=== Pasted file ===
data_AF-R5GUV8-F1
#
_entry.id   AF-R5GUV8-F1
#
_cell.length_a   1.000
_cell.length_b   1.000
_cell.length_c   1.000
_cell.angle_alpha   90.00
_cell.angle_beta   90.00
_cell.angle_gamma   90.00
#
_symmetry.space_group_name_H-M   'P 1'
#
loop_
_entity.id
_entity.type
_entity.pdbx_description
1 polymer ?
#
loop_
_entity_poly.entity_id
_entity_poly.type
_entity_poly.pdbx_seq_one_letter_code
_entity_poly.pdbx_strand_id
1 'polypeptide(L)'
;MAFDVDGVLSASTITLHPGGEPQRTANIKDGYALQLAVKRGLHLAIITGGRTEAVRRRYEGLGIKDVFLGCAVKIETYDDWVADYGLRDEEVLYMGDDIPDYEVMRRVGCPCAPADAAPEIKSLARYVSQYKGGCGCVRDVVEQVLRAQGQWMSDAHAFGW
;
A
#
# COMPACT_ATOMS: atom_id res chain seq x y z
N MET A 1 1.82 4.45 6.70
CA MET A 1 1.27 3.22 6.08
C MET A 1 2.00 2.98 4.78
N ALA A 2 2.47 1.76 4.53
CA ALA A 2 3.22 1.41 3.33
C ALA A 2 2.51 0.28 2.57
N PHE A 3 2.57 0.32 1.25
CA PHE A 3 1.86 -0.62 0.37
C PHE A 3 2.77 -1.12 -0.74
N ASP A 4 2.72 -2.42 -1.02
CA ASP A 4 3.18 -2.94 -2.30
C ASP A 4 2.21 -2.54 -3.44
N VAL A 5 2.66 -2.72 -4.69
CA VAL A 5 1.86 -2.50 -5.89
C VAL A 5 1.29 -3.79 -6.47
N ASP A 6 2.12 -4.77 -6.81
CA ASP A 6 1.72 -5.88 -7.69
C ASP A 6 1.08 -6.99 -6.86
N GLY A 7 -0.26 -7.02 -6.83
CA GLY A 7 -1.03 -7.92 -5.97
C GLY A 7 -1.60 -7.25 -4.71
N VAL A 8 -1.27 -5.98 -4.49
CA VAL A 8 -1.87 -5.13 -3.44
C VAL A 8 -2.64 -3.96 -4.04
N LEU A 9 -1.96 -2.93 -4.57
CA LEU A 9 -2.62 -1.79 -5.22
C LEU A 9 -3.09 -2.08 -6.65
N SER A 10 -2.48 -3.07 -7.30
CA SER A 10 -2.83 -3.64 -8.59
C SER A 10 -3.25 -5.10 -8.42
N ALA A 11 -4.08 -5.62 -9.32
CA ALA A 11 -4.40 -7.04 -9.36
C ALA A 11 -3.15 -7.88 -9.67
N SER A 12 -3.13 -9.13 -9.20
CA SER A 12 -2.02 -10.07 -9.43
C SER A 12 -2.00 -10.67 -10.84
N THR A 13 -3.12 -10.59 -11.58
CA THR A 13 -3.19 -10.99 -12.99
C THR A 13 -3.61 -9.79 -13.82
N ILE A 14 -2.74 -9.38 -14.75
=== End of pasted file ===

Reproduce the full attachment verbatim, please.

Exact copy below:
data_AF-R5GUV8-F1
#
_entry.id   AF-R5GUV8-F1
#
_cell.length_a   1.000
_cell.length_b   1.000
_cell.length_c   1.000
_cell.angle_alpha   90.00
_cell.angle_beta   90.00
_cell.angle_gamma   90.00
#
_symmetry.space_group_name_H-M   'P 1'
#
loop_
_entity.id
_entity.type
_entity.pdbx_description
1 polymer ?
#
loop_
_entity_poly.entity_id
_entity_poly.type
_entity_poly.pdbx_seq_one_letter_code
_entity_poly.pdbx_strand_id
1 'polypeptide(L)'
;MAFDVDGVLSASTITLHPGGEPQRTANIKDGYALQLAVKRGLHLAIITGGRTEAVRRRYEGLGIKDVFLGCAVKIETYDDWVADYGLRDEEVLYMGDDIPDYEVMRRVGCPCAPADAAPEIKSLARYVSQYKGGCGCVRDVVEQVLRAQGQWMSDAHAFGW
;
A
#
# COMPACT_ATOMS: atom_id res chain seq x y z
N MET A 1 1.82 4.45 6.70
CA MET A 1 1.27 3.22 6.08
C MET A 1 2.00 2.98 4.78
N ALA A 2 2.47 1.76 4.53
CA ALA A 2 3.22 1.41 3.33
C ALA A 2 2.51 0.28 2.57
N PHE A 3 2.57 0.32 1.25
CA PHE A 3 1.86 -0.62 0.37
C PHE A 3 2.77 -1.12 -0.74
N ASP A 4 2.72 -2.42 -1.02
CA ASP A 4 3.18 -2.94 -2.30
C ASP A 4 2.21 -2.54 -3.44
N VAL A 5 2.66 -2.72 -4.69
CA VAL A 5 1.86 -2.50 -5.89
C VAL A 5 1.29 -3.79 -6.47
N ASP A 6 2.12 -4.77 -6.81
CA ASP A 6 1.72 -5.88 -7.69
C ASP A 6 1.08 -6.99 -6.86
N GLY A 7 -0.26 -7.02 -6.83
CA GLY A 7 -1.03 -7.92 -5.97
C GLY A 7 -1.60 -7.25 -4.71
N VAL A 8 -1.27 -5.98 -4.49
CA VAL A 8 -1.87 -5.13 -3.44
C VAL A 8 -2.64 -3.96 -4.04
N LEU A 9 -1.96 -2.93 -4.57
CA LEU A 9 -2.62 -1.79 -5.22
C LEU A 9 -3.09 -2.08 -6.65
N SER A 10 -2.48 -3.07 -7.30
CA SER A 10 -2.83 -3.64 -8.59
C SER A 10 -3.25 -5.10 -8.42
N ALA A 11 -4.08 -5.62 -9.32
CA ALA A 11 -4.40 -7.04 -9.36
C ALA A 11 -3.15 -7.88 -9.67
N SER A 12 -3.13 -9.13 -9.20
CA SER A 12 -2.02 -10.07 -9.43
C SER A 12 -2.00 -10.67 -10.84
N THR A 13 -3.12 -10.59 -11.58
CA THR A 13 -3.19 -10.99 -12.99
C THR A 13 -3.61 -9.79 -13.82
N ILE A 14 -2.74 -9.38 -14.75